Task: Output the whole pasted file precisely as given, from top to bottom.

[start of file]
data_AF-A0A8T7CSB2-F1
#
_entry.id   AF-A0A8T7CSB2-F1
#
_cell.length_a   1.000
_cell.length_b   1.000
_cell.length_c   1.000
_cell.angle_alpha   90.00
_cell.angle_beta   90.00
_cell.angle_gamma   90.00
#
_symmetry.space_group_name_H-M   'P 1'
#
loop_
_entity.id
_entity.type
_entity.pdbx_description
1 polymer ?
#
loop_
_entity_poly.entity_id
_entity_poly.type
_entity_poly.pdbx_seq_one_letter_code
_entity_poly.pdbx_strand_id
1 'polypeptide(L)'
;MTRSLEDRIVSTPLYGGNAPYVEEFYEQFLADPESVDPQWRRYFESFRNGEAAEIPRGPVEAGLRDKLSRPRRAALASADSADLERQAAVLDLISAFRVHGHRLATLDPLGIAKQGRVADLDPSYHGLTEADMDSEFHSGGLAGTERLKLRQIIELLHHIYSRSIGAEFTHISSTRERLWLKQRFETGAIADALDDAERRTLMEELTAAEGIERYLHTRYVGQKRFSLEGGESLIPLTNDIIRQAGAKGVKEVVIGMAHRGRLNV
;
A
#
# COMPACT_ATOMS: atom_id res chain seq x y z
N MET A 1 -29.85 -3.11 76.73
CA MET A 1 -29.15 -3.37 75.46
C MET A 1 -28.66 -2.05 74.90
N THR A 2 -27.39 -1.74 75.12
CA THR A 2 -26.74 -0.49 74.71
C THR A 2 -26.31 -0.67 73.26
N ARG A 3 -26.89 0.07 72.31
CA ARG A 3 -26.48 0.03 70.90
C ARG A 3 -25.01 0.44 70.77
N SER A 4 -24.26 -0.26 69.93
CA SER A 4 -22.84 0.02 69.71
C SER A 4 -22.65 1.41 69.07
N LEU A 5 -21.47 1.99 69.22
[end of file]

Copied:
data_AF-A0A8T7CSB2-F1
#
_entry.id   AF-A0A8T7CSB2-F1
#
_cell.length_a   1.000
_cell.length_b   1.000
_cell.length_c   1.000
_cell.angle_alpha   90.00
_cell.angle_beta   90.00
_cell.angle_gamma   90.00
#
_symmetry.space_group_name_H-M   'P 1'
#
loop_
_entity.id
_entity.type
_entity.pdbx_description
1 polymer ?
#
loop_
_entity_poly.entity_id
_entity_poly.type
_entity_poly.pdbx_seq_one_letter_code
_entity_poly.pdbx_strand_id
1 'polypeptide(L)'
;MTRSLEDRIVSTPLYGGNAPYVEEFYEQFLADPESVDPQWRRYFESFRNGEAAEIPRGPVEAGLRDKLSRPRRAALASADSADLERQAAVLDLISAFRVHGHRLATLDPLGIAKQGRVADLDPSYHGLTEADMDSEFHSGGLAGTERLKLRQIIELLHHIYSRSIGAEFTHISSTRERLWLKQRFETGAIADALDDAERRTLMEELTAAEGIERYLHTRYVGQKRFSLEGGESLIPLTNDIIRQAGAKGVKEVVIGMAHRGRLNV
;
A
#
# COMPACT_ATOMS: atom_id res chain seq x y z
N MET A 1 -29.85 -3.11 76.73
CA MET A 1 -29.15 -3.37 75.46
C MET A 1 -28.66 -2.05 74.90
N THR A 2 -27.39 -1.74 75.12
CA THR A 2 -26.74 -0.49 74.71
C THR A 2 -26.31 -0.67 73.26
N ARG A 3 -26.89 0.07 72.31
CA ARG A 3 -26.48 0.03 70.90
C ARG A 3 -25.01 0.44 70.77
N SER A 4 -24.26 -0.26 69.93
CA SER A 4 -22.84 0.02 69.71
C SER A 4 -22.65 1.41 69.07
N LEU A 5 -21.47 1.99 69.22